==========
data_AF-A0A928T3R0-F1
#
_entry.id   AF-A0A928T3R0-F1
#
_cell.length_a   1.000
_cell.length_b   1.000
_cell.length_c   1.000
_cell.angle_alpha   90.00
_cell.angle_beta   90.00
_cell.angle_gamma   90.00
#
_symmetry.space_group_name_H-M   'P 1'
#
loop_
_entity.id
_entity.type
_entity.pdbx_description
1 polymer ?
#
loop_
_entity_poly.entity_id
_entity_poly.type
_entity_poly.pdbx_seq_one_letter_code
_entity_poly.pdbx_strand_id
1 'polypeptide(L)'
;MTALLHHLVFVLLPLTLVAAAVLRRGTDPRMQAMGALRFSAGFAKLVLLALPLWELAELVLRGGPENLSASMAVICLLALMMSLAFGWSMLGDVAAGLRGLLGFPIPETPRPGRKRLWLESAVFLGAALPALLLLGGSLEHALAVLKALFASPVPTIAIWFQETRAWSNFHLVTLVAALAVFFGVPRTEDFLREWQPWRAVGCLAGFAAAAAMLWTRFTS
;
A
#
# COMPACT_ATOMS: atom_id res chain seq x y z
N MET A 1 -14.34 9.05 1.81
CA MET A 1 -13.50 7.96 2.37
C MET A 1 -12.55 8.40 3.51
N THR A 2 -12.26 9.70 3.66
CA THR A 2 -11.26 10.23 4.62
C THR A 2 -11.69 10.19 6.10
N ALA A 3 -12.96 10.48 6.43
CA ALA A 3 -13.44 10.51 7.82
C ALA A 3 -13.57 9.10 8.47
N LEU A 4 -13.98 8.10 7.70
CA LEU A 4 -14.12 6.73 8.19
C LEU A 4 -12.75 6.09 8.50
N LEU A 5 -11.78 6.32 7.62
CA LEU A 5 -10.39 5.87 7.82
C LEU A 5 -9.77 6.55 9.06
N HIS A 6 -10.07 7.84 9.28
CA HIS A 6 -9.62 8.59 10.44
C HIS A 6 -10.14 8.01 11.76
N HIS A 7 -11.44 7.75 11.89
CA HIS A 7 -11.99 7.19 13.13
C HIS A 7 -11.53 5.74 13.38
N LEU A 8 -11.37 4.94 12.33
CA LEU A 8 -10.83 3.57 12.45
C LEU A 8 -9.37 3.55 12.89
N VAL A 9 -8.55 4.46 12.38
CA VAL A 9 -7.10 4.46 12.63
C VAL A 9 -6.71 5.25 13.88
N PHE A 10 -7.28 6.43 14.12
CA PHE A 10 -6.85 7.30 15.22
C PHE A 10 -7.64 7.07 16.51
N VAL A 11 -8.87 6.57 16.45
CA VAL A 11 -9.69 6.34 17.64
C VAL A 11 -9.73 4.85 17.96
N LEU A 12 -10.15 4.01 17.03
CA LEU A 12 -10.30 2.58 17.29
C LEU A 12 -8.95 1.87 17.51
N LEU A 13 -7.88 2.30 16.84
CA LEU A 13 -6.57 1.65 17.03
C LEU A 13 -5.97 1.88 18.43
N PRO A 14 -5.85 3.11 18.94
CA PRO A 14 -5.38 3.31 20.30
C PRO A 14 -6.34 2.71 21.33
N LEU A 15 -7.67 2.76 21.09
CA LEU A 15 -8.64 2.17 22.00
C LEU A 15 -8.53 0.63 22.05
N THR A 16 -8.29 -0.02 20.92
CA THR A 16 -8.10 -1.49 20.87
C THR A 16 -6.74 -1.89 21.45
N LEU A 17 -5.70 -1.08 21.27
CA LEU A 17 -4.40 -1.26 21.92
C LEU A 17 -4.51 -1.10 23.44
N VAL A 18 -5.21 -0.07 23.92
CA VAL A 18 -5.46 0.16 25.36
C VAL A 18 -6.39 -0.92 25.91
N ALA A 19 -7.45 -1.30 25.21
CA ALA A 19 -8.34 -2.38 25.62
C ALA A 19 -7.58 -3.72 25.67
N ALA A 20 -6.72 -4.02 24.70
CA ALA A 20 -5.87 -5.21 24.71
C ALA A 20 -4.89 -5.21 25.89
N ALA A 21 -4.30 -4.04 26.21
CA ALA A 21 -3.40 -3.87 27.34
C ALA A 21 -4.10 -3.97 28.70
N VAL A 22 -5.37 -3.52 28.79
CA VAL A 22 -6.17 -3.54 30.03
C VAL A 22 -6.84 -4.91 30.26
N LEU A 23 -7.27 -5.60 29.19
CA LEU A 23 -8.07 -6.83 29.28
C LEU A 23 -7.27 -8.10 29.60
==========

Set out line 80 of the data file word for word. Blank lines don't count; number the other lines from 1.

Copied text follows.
CA LEU A 17 -4.40 -1.26 21.92